Bitcoin miners are looking for software to balance the Texas network

Although Bitcoin (BTC) mining remains a controversial topic, it is becoming more common to hear how Bitcoin mining can help balance network demand. This is demonstrated in the state of Texas, as Bitcoin miners can participate in demand response programs, which encourage miners to stop operations during peak demand.

A spokesperson for the Electric Reliability Council of Texas (ERCOT) — the organization that manages Texas’ electric grid — told Cointelegraph that cryptocurrency loads can affect the grid like any large load. However, they noted that cryptocurrencies can help stabilize the grid by cutting their electricity demand in real-time:

“Crypto mining is extraordinarily sensitive and can shut down in a fraction of a second and stay connected for as long as needed. We are working closely with the crypto industry and have built a large agile cargo task force to make sure we move forward with the reliability of the network and the growth of Texas cargo.”

On March 25th, ERCOT established a temporary process to allow new large loads such as Bitcoin miners to connect to the ERCOT network. While evaluations for large-load interconnections are not a new process, ERCOT explained that the schedule most cryptocurrency miners operate on requires a new process to make sure existing standards are met for interconnecting new large loads. ERCOT’s Technical Advisory Committee approved the creation of a “Large Flexible Freight Task Force” on March 30 to help develop a long-term process to replace the current interim process.

Software providers want to help miners balance the network

While it’s notable that ERCOT helped Bitcoin miners connect to the Texas network faster, software providers have also begun working with miners to make sure they have the tools they need to properly activate the network balance.

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Michael McNamara, co-founder and CEO of Lancium, a Texas-based energy and infrastructure company, told Cointelegraph during the Texas Blockchain Summit that in 2020, Lancium demonstrated how a Bitcoin mine can function as a managed load:

“For freight to be recognized as a manageable freight resource in ERCOT, customers must be able to do two things. First, they must achieve the target energy consumption level – either more or less – as ERCOT has shown in less than 15 seconds. Second, they must provide a “fundamental frequency response.” This means that miners should be able to react to a generation loss event – for example, an unexpected trip of a thermal generator station – within 15 seconds.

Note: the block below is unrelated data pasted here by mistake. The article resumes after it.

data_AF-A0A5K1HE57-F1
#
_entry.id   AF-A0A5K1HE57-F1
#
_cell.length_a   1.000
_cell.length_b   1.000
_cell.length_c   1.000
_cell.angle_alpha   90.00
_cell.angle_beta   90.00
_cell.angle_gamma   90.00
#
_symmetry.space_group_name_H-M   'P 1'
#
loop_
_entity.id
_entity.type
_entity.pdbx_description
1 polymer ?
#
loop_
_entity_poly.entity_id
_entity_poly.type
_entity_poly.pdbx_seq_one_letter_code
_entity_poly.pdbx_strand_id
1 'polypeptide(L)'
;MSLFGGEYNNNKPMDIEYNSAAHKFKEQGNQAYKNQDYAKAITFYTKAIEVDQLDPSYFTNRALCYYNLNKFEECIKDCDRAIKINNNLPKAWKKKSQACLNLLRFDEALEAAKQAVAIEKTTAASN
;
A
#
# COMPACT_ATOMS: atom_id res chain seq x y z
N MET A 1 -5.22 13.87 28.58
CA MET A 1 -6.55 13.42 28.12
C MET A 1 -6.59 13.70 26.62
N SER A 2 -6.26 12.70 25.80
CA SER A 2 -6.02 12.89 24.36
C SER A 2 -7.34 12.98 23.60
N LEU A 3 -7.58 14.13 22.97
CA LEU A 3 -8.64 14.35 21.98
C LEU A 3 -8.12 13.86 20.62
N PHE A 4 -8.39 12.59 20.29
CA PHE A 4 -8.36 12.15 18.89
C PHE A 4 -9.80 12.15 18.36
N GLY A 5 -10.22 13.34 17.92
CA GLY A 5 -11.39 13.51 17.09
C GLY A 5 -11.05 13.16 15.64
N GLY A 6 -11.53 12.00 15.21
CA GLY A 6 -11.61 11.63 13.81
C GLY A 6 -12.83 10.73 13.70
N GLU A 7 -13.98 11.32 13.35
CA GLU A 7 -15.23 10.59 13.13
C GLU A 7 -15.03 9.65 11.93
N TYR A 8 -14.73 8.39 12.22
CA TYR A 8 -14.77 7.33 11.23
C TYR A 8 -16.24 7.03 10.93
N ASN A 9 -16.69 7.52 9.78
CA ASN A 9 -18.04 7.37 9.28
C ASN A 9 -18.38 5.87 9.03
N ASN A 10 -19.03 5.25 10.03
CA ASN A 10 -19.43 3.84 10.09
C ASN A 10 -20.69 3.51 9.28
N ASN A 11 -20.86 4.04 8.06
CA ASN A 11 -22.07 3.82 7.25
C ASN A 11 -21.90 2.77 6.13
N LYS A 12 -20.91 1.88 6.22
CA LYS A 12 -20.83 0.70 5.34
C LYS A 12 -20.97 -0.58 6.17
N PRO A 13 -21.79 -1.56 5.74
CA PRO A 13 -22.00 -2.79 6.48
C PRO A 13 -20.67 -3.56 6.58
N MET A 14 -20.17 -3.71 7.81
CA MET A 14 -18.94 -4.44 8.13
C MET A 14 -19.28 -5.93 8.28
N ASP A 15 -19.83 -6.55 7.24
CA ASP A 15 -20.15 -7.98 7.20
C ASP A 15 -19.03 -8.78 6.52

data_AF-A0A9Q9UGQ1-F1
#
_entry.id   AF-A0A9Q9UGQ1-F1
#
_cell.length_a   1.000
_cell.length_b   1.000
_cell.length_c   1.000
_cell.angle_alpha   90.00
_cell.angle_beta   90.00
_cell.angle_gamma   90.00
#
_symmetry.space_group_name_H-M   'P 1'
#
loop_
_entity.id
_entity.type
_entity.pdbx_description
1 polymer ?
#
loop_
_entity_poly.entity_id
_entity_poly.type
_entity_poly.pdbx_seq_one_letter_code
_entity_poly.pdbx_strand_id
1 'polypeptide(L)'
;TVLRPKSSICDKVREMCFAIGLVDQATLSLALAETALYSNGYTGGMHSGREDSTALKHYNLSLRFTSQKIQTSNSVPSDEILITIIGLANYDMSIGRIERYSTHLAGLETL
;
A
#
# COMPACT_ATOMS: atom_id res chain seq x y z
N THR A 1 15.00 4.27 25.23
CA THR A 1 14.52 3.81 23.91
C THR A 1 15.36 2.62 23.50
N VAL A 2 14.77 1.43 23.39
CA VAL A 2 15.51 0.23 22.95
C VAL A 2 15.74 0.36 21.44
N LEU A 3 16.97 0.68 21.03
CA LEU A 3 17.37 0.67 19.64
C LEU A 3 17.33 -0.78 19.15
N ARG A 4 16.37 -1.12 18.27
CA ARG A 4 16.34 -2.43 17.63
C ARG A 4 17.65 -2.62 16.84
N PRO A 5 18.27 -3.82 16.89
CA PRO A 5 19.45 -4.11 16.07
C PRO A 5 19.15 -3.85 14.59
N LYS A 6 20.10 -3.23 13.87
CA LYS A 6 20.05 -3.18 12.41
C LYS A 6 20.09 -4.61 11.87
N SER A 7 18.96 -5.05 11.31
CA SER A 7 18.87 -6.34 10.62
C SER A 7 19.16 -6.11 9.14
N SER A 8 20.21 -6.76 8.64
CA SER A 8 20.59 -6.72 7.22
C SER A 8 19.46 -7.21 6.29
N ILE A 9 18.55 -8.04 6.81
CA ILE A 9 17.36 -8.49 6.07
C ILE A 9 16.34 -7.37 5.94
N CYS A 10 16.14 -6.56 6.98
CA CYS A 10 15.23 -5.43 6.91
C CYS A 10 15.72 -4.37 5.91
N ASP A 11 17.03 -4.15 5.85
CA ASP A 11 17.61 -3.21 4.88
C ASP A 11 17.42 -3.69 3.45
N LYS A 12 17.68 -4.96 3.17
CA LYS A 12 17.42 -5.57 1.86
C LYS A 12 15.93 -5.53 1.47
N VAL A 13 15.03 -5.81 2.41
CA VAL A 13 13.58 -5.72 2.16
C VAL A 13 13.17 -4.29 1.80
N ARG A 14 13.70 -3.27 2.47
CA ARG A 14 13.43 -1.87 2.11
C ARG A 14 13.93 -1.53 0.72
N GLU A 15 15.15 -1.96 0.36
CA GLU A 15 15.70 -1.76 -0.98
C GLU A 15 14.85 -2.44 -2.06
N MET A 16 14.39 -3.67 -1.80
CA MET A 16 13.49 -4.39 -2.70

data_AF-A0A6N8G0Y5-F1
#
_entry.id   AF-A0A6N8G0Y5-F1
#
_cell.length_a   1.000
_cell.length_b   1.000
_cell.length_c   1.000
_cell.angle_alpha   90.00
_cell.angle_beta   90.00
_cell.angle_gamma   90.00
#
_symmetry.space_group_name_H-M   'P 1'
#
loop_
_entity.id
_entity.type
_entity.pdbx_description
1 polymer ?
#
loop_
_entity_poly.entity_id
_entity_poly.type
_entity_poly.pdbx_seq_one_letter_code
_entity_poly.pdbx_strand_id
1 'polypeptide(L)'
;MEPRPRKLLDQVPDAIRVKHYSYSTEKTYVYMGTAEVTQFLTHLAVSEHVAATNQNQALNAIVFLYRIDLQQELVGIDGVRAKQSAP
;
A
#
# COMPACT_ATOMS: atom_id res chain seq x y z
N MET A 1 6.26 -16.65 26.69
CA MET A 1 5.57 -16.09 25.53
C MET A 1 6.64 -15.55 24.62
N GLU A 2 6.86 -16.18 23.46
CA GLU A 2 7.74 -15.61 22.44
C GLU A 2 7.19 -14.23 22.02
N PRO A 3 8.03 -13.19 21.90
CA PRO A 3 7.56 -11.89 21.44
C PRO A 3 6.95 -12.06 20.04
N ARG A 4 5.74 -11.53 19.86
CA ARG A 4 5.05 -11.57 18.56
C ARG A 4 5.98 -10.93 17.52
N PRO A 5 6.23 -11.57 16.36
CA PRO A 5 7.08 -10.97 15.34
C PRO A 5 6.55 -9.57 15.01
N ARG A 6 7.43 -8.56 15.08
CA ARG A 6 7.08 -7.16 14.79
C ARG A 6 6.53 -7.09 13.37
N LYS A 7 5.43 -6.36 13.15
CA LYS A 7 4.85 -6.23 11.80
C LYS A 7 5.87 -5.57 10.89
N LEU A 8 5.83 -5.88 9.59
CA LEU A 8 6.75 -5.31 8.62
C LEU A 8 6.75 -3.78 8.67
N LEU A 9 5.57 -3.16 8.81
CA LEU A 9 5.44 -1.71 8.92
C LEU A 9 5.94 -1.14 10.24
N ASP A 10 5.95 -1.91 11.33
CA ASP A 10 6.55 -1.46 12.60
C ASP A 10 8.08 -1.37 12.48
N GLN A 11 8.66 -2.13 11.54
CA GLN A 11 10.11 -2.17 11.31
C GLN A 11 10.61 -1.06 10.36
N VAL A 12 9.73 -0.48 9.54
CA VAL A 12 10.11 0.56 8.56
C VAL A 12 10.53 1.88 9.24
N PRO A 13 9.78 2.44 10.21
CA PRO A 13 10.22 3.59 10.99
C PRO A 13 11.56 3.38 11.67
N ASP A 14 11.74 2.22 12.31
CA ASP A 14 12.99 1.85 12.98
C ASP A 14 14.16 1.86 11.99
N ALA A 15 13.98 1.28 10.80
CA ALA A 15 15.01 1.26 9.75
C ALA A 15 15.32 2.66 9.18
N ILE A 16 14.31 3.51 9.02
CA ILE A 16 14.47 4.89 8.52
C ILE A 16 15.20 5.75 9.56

With these requirements in mind, McNamara shared that Lancium has licensed software to certain Bitcoin miners to act as managed loads within ERCOT to provide network stability services. Known as Lancium Smart Response, McNamara explained, the software works by automatically responding to grid conditions and signals within seconds.

“As we meet ERCOT’s requirements, software such as Lancium Smart Response is critical to meeting the time required by ERCOT. Controllable load resources provide more surgical and precise network stabilization benefits than other demand response programs – and customers are compensated at a higher level for providing these more valuable services to the network,” he said.

For example, McNamara noted that miners using Lancium’s software can be certified by ERCOT to participate in its various grid stabilization programs, which can help operators generate higher revenues while reducing energy costs by 50%.

Specifically, an ERCOT spokesperson told Cointelegraph that ERCOT has any freight program to participate in providing ancillary services. According to ERCOT, these programs require freight to adapt to provide these services. “Some cryptocurrencies have the right to offer these services similar to other loads participating in these existing programs. These programs are commonly referred to as demand response programs, and operations voluntarily choose to participate in the ‘downsizing,’” ERCOT said.